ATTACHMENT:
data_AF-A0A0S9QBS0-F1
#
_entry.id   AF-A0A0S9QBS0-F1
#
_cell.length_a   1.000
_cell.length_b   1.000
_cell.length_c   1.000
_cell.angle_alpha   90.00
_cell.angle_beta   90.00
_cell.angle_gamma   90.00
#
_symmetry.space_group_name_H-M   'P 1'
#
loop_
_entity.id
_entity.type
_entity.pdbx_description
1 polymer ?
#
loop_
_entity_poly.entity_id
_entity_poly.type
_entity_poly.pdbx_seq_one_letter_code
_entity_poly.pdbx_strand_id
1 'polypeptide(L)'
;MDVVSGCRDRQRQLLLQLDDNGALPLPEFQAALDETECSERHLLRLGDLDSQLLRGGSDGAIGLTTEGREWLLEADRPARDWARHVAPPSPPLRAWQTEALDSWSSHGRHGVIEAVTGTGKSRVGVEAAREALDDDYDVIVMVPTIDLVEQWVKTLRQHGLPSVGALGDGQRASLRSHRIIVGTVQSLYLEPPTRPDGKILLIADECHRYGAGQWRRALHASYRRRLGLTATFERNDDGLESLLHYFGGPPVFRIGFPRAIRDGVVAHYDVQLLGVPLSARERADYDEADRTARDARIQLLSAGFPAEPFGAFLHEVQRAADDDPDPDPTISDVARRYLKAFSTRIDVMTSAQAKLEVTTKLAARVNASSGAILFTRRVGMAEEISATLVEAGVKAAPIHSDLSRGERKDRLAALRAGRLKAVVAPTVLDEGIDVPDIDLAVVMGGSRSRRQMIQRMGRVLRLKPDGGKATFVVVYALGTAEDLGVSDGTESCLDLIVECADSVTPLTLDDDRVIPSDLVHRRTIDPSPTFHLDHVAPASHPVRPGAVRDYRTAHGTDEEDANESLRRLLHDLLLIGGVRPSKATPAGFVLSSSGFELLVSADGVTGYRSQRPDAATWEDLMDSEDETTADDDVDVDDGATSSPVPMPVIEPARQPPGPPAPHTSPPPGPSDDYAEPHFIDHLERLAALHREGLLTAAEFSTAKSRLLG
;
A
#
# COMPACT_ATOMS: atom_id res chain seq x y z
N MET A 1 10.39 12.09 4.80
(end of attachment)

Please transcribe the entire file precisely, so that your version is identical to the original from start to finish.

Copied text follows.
data_AF-A0A0S9QBS0-F1
#
_entry.id   AF-A0A0S9QBS0-F1
#
_cell.length_a   1.000
_cell.length_b   1.000
_cell.length_c   1.000
_cell.angle_alpha   90.00
_cell.angle_beta   90.00
_cell.angle_gamma   90.00
#
_symmetry.space_group_name_H-M   'P 1'
#
loop_
_entity.id
_entity.type
_entity.pdbx_description
1 polymer ?
#
loop_
_entity_poly.entity_id
_entity_poly.type
_entity_poly.pdbx_seq_one_letter_code
_entity_poly.pdbx_strand_id
1 'polypeptide(L)'
;MDVVSGCRDRQRQLLLQLDDNGALPLPEFQAALDETECSERHLLRLGDLDSQLLRGGSDGAIGLTTEGREWLLEADRPARDWARHVAPPSPPLRAWQTEALDSWSSHGRHGVIEAVTGTGKSRVGVEAAREALDDDYDVIVMVPTIDLVEQWVKTLRQHGLPSVGALGDGQRASLRSHRIIVGTVQSLYLEPPTRPDGKILLIADECHRYGAGQWRRALHASYRRRLGLTATFERNDDGLESLLHYFGGPPVFRIGFPRAIRDGVVAHYDVQLLGVPLSARERADYDEADRTARDARIQLLSAGFPAEPFGAFLHEVQRAADDDPDPDPTISDVARRYLKAFSTRIDVMTSAQAKLEVTTKLAARVNASSGAILFTRRVGMAEEISATLVEAGVKAAPIHSDLSRGERKDRLAALRAGRLKAVVAPTVLDEGIDVPDIDLAVVMGGSRSRRQMIQRMGRVLRLKPDGGKATFVVVYALGTAEDLGVSDGTESCLDLIVECADSVTPLTLDDDRVIPSDLVHRRTIDPSPTFHLDHVAPASHPVRPGAVRDYRTAHGTDEEDANESLRRLLHDLLLIGGVRPSKATPAGFVLSSSGFELLVSADGVTGYRSQRPDAATWEDLMDSEDETTADDDVDVDDGATSSPVPMPVIEPARQPPGPPAPHTSPPPGPSDDYAEPHFIDHLERLAALHREGLLTAAEFSTAKSRLLG
;
A
#
# COMPACT_ATOMS: atom_id res chain seq x y z
N MET A 1 10.39 12.09 4.80